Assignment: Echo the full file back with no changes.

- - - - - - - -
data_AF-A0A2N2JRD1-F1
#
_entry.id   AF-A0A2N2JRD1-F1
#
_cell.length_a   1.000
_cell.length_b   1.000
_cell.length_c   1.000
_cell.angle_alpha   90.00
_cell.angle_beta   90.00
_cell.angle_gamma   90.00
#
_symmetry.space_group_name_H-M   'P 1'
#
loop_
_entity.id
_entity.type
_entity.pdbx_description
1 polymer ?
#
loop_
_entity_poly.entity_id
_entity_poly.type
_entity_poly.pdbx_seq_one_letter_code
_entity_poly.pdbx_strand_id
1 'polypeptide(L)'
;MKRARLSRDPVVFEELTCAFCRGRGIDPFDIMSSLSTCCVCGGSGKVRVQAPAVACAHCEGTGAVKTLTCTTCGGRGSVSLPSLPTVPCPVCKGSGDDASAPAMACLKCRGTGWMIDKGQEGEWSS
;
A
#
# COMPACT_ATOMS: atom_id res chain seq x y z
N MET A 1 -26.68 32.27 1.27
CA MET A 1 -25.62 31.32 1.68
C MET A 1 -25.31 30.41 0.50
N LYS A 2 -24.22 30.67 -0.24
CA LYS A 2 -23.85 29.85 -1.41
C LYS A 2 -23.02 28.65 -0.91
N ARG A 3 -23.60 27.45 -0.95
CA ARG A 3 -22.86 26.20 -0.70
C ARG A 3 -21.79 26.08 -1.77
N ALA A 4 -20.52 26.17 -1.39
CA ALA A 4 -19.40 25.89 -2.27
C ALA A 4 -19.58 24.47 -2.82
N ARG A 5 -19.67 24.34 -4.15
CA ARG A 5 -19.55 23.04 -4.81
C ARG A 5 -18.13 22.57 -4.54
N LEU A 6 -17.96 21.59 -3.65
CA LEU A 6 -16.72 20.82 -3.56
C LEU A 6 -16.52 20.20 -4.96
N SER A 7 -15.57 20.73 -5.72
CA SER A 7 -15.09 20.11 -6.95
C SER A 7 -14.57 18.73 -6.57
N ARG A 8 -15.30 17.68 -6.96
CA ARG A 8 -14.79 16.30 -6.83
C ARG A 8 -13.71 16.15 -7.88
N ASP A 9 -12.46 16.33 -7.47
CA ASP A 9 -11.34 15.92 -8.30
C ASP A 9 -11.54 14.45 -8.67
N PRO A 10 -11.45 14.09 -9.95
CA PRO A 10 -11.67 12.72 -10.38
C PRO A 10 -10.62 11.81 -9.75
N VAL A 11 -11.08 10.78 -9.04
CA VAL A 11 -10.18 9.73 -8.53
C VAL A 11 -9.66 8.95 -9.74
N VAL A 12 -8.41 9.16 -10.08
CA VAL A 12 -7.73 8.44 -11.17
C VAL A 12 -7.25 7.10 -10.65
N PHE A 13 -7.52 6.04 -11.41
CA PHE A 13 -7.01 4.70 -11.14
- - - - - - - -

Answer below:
data_AF-A0A2N2JRD1-F1
#
_entry.id   AF-A0A2N2JRD1-F1
#
_cell.length_a   1.000
_cell.length_b   1.000
_cell.length_c   1.000
_cell.angle_alpha   90.00
_cell.angle_beta   90.00
_cell.angle_gamma   90.00
#
_symmetry.space_group_name_H-M   'P 1'
#
loop_
_entity.id
_entity.type
_entity.pdbx_description
1 polymer ?
#
loop_
_entity_poly.entity_id
_entity_poly.type
_entity_poly.pdbx_seq_one_letter_code
_entity_poly.pdbx_strand_id
1 'polypeptide(L)'
;MKRARLSRDPVVFEELTCAFCRGRGIDPFDIMSSLSTCCVCGGSGKVRVQAPAVACAHCEGTGAVKTLTCTTCGGRGSVSLPSLPTVPCPVCKGSGDDASAPAMACLKCRGTGWMIDKGQEGEWSS
;
A
#
# COMPACT_ATOMS: atom_id res chain seq x y z
N MET A 1 -26.68 32.27 1.27
CA MET A 1 -25.62 31.32 1.68
C MET A 1 -25.31 30.41 0.50
N LYS A 2 -24.22 30.67 -0.24
CA LYS A 2 -23.85 29.85 -1.41
C LYS A 2 -23.02 28.65 -0.91
N ARG A 3 -23.60 27.45 -0.95
CA ARG A 3 -22.86 26.20 -0.70
C ARG A 3 -21.79 26.08 -1.77
N ALA A 4 -20.52 26.17 -1.39
CA ALA A 4 -19.40 25.89 -2.27
C ALA A 4 -19.58 24.47 -2.82
N ARG A 5 -19.67 24.34 -4.15
CA ARG A 5 -19.55 23.04 -4.81
C ARG A 5 -18.13 22.57 -4.54
N LEU A 6 -17.96 21.59 -3.65
CA LEU A 6 -16.72 20.82 -3.56
C LEU A 6 -16.52 20.20 -4.96
N SER A 7 -15.57 20.73 -5.72
CA SER A 7 -15.09 20.11 -6.95
C SER A 7 -14.57 18.73 -6.57
N ARG A 8 -15.30 17.68 -6.96
CA ARG A 8 -14.79 16.30 -6.83
C ARG A 8 -13.71 16.15 -7.88
N ASP A 9 -12.46 16.33 -7.47
CA ASP A 9 -11.34 15.92 -8.30
C ASP A 9 -11.54 14.45 -8.67
N PRO A 10 -11.45 14.09 -9.95
CA PRO A 10 -11.67 12.72 -10.38
C PRO A 10 -10.62 11.81 -9.75
N VAL A 11 -11.08 10.78 -9.04
CA VAL A 11 -10.18 9.73 -8.53
C VAL A 11 -9.66 8.95 -9.74
N VAL A 12 -8.41 9.16 -10.08
CA VAL A 12 -7.73 8.44 -11.17
C VAL A 12 -7.25 7.10 -10.65
N PHE A 13 -7.52 6.04 -11.41
CA PHE A 13 -7.01 4.70 -11.14